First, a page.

Jun 24, 2012

Custom Controls in .NET

Today, we will talk about Controls in .NET. As we all know, a user control is essentially a component with a visual representation. As such, it might consist of one or more Windows Forms controls, components, or blocks of code that can extend functionality by validating user input, modifying display properties, or performing other tasks required by the author. User controls can be placed on Windows Forms in the same manner as other controls.  However a custom controls never end that simple, so there are types of costom controls like this:

4 Types of Custom Controls in .NET

User controls are the simplest type of control. They inherit from the System.Windows.Forms.UserControl class, and follow a model of composition.
Usually, user controls combine more than one control in a logical unit (like a group of text boxes for entering address information).
Inherited controls are generally more powerful and flexible. With an inherited control, you choose the existing .NET control that is closest to what you want to provide. Then, you derive a custom class that overrides or adds properties and methods.
Owner-drawn controls generally use GDI+ drawing routines to generate their interfaces from scratch. Because of this, they tend to inherit from a base class like System.Windows.Forms.Control. Owner-drawn controls require the most work and provide the most customizable user interface.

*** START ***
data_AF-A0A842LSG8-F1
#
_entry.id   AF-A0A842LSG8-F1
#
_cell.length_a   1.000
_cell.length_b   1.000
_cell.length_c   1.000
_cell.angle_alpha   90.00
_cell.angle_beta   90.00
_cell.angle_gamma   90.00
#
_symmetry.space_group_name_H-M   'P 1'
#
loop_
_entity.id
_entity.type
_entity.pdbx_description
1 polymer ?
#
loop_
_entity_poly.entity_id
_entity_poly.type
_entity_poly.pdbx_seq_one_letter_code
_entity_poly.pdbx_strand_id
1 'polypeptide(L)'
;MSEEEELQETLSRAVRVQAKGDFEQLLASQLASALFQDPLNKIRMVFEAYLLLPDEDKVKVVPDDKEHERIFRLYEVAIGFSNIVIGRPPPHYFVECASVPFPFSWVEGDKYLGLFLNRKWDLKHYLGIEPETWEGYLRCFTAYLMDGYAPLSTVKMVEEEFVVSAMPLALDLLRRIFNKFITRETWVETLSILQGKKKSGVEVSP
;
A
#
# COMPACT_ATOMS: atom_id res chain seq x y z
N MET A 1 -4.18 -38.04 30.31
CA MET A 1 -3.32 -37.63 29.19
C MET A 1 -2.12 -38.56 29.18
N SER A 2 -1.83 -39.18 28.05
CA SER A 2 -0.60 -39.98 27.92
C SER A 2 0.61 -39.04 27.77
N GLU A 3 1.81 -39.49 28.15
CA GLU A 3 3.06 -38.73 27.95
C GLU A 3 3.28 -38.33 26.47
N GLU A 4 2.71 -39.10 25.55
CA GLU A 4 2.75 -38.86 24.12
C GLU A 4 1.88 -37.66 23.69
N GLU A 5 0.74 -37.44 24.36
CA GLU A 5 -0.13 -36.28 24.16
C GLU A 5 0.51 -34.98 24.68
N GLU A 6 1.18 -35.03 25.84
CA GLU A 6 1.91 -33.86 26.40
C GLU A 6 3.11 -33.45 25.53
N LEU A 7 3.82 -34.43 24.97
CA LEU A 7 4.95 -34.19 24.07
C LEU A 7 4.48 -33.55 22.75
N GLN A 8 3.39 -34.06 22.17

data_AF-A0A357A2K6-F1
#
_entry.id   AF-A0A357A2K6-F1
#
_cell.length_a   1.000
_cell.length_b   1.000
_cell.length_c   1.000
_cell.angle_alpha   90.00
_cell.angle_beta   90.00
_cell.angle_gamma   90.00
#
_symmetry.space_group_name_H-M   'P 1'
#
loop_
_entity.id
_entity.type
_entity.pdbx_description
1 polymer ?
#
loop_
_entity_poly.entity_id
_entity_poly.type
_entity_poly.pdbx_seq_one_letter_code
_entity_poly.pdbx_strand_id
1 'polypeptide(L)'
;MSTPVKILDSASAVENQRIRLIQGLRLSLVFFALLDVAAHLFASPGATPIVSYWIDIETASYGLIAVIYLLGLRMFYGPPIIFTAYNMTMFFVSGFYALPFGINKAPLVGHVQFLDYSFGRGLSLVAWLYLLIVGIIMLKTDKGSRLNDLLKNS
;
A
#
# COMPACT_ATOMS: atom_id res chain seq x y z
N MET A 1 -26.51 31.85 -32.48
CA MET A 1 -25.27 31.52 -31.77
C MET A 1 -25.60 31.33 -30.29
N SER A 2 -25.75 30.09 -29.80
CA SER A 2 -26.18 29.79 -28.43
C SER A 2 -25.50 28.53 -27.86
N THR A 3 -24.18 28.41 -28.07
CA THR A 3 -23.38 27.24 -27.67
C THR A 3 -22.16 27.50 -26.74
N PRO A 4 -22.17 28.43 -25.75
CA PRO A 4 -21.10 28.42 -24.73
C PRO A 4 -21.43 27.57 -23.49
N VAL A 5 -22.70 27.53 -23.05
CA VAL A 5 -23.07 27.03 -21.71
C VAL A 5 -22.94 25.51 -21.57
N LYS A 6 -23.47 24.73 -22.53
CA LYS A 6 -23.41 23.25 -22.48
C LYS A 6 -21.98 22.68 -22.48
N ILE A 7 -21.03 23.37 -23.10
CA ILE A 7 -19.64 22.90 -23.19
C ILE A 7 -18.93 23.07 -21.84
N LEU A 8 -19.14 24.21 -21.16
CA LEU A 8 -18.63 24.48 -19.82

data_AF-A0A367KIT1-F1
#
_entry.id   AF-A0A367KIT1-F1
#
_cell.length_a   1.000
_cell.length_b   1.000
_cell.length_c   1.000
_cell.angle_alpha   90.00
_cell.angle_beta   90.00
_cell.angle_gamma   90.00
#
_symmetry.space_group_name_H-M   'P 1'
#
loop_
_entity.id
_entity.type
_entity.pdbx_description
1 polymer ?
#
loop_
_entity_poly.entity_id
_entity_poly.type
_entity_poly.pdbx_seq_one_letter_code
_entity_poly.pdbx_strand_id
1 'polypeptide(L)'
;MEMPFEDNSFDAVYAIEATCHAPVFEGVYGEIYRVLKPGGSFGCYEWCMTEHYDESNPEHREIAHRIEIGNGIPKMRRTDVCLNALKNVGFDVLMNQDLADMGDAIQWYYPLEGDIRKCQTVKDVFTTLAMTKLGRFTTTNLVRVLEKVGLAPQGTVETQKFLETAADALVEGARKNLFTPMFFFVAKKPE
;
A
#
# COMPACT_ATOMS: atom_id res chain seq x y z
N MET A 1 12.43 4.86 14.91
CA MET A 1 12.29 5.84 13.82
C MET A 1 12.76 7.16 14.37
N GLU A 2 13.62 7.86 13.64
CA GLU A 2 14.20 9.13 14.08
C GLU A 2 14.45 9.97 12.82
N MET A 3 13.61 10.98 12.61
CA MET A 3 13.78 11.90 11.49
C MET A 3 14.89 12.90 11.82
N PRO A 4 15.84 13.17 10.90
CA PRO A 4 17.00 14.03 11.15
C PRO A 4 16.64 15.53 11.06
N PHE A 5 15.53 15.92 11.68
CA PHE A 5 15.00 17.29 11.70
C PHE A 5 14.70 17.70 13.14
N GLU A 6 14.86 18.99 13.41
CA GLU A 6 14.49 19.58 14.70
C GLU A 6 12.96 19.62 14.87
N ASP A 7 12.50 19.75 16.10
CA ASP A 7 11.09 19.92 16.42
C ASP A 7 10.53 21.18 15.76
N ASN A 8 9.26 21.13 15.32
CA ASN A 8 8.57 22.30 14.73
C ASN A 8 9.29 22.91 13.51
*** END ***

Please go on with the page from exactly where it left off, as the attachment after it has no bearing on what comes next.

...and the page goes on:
Extender providers, which aren't necessarily controls at all. These components add features to other controls on a form, and provide a remarkable way to implement extensible user interface.

Reasons of Custom Controls in .NET

To create controls that abstract away unimportant details and are tailored for a specific type of data. You saw this model in Chapter 6 with custom ListView and TreeView examples.
To create controls that provide entirely new functionality, or just combine existing UI elements in a unique way.
To create controls with a distinct original look, or ones that mimic popular controls in professional applications (like Microsoft's Outlook bar) that
aren't available to the masses.
In .NET, creating a custom control is as easy as creating an ordinary class. You simply inherit from the best possible ancestor and add the specific features you need. Best of all, you can create a custom control class as part of an existing project, and then decide later to place it in a separate assembly that can be shared with other programmers.

Ways of adding user controls:
 User control can be added at design-time or run-time. Other controls is usually added at run-time.

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